Just over a month ago, President Donald Trump surprised his staff, state governors and the military by announcing, "Until we can have a wall and proper security, we are going to be guarding our border with the military."
The president said he wanted up to 4,000 military troops sent to the border. Trump soon learned that active-duty military are not constitutionally allowed to be used for domestic law enforcement.
But the National Guard, that is governed by individual state governors can be.
California, Arizona, New Mexico and Texas complied with the president's order, but not in the numbers he wanted. In Arizona, Gov. Doug Ducey, so far, has committed 250 troops. Forty are assigned to the Tucson Sector.
Members of the media were allowed in Wednesday morning to observe how National Guard troops are assisting the Tucson Sector Border Patrol. The impact of their presence does mean freeing up a few more Border Patrol agents to patrol the border. On average, that means six to 10 more agents out in the field.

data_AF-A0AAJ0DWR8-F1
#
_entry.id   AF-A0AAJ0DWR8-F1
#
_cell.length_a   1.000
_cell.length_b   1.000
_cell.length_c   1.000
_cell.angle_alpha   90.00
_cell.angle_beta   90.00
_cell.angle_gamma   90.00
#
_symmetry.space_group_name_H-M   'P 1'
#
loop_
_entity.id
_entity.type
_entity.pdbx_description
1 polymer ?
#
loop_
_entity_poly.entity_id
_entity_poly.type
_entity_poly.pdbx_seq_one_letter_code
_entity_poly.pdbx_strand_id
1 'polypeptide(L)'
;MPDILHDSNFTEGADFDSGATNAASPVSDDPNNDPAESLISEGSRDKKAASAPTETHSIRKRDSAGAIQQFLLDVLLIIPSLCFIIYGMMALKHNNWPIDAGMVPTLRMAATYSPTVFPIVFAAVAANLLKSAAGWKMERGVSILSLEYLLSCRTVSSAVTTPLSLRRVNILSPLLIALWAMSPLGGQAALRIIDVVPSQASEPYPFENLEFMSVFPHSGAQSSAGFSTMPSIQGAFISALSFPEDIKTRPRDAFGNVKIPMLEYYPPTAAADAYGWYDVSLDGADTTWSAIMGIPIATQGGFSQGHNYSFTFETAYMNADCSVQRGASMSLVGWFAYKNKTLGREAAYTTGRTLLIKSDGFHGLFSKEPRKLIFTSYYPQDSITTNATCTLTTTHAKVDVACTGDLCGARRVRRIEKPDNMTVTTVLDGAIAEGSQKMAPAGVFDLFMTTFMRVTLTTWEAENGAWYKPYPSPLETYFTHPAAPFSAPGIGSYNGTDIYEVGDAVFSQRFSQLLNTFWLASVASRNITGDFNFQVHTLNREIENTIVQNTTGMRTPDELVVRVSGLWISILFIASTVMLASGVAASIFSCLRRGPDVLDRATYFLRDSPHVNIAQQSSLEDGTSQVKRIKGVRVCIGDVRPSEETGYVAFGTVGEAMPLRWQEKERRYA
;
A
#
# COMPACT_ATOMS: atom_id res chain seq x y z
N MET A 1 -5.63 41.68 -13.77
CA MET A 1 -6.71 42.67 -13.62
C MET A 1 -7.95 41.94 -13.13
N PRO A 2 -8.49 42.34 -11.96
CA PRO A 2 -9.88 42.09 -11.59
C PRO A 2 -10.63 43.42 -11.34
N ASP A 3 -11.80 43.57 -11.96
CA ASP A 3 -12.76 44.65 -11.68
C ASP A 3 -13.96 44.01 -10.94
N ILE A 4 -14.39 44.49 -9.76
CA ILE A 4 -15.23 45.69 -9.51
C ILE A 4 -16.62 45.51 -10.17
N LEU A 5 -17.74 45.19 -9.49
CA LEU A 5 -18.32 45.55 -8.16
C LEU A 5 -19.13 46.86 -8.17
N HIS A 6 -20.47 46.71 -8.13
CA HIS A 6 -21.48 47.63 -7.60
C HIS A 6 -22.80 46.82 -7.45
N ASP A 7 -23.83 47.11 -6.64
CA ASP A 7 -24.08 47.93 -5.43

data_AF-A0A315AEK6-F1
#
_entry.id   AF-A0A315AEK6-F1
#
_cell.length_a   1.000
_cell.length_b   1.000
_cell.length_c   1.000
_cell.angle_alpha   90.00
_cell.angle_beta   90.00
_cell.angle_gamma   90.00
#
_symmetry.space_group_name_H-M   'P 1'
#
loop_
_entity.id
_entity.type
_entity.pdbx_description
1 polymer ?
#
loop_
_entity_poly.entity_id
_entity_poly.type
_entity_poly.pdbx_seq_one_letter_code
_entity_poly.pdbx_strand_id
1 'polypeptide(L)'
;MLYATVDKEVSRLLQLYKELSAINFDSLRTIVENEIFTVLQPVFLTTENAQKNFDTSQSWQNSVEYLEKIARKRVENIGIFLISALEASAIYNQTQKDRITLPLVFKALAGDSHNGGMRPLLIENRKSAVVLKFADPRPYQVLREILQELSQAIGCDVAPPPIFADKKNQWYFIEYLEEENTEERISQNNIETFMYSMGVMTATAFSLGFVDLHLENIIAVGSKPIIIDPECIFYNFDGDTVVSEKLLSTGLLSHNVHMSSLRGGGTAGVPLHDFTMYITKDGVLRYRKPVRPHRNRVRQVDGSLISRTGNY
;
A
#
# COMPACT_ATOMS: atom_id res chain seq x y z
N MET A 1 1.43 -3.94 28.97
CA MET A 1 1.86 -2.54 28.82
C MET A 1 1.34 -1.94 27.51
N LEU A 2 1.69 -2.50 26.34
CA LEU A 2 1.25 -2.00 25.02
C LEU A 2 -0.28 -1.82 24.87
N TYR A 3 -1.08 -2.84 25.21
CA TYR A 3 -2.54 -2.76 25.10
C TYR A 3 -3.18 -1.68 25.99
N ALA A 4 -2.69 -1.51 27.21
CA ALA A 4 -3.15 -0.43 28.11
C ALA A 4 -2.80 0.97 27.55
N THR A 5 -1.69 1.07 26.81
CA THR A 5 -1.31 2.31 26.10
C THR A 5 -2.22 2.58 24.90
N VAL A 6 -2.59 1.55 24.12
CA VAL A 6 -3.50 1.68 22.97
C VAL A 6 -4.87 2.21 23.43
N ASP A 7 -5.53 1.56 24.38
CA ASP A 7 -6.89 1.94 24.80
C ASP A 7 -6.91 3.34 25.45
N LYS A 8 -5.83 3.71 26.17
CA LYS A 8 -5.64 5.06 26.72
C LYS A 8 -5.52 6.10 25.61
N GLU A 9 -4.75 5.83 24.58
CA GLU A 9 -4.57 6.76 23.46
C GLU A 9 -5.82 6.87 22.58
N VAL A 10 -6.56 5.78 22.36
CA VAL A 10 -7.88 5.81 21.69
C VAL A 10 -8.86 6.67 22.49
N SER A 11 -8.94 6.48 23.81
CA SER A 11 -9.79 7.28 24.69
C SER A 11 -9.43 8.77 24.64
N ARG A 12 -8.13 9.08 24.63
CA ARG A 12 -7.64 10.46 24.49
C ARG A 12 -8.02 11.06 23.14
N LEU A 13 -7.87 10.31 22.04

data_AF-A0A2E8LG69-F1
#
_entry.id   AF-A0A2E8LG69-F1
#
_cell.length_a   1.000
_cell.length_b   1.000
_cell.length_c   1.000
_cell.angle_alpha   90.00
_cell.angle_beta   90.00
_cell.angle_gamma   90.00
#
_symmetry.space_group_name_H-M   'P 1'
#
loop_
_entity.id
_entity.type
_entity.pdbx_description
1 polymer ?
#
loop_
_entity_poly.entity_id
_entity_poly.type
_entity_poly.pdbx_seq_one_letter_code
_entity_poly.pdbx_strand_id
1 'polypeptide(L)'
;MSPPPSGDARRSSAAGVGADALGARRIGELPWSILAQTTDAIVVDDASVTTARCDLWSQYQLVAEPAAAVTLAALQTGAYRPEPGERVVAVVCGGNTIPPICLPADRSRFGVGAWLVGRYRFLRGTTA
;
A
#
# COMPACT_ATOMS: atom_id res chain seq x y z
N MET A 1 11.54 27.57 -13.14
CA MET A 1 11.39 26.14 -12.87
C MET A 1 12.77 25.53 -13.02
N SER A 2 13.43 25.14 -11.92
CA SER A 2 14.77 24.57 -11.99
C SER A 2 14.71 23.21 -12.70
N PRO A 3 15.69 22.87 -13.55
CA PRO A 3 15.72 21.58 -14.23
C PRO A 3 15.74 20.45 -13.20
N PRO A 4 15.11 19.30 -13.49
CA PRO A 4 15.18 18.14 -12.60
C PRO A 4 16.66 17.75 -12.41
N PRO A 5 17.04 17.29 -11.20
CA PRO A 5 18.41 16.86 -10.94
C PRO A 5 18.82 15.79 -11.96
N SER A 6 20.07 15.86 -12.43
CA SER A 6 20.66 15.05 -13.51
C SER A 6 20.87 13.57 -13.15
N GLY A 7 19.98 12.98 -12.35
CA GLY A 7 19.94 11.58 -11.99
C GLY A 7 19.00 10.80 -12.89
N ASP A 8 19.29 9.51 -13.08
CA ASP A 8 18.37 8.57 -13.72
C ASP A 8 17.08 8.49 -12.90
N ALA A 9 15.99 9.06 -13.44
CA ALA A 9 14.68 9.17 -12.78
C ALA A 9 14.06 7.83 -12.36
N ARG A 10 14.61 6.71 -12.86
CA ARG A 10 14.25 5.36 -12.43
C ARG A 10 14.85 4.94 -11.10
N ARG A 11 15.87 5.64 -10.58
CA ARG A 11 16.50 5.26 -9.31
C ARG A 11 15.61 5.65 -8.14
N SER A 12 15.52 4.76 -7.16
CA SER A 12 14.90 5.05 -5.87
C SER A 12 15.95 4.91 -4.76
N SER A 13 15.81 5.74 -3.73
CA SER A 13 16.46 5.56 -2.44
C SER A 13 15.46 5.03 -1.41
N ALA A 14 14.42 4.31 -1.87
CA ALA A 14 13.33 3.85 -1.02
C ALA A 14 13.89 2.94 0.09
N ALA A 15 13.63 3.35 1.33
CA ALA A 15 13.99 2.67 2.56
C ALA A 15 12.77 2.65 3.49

Arizona Guardsman Leonardo Gustelum is from Phoenix and will be posted at the border until Sept. 30.
"It's our duty. We volunteered for this and we are going to do our jobs," said Gustelum.
Arizona National Guard troops are doing things like maintaining vehicles, helping to monitor cameras and even taking care of horses used by agents in remote areas. Customs and Border Protection officials want the public to understand that Arizona National Guard Troops will not be patrolling the border.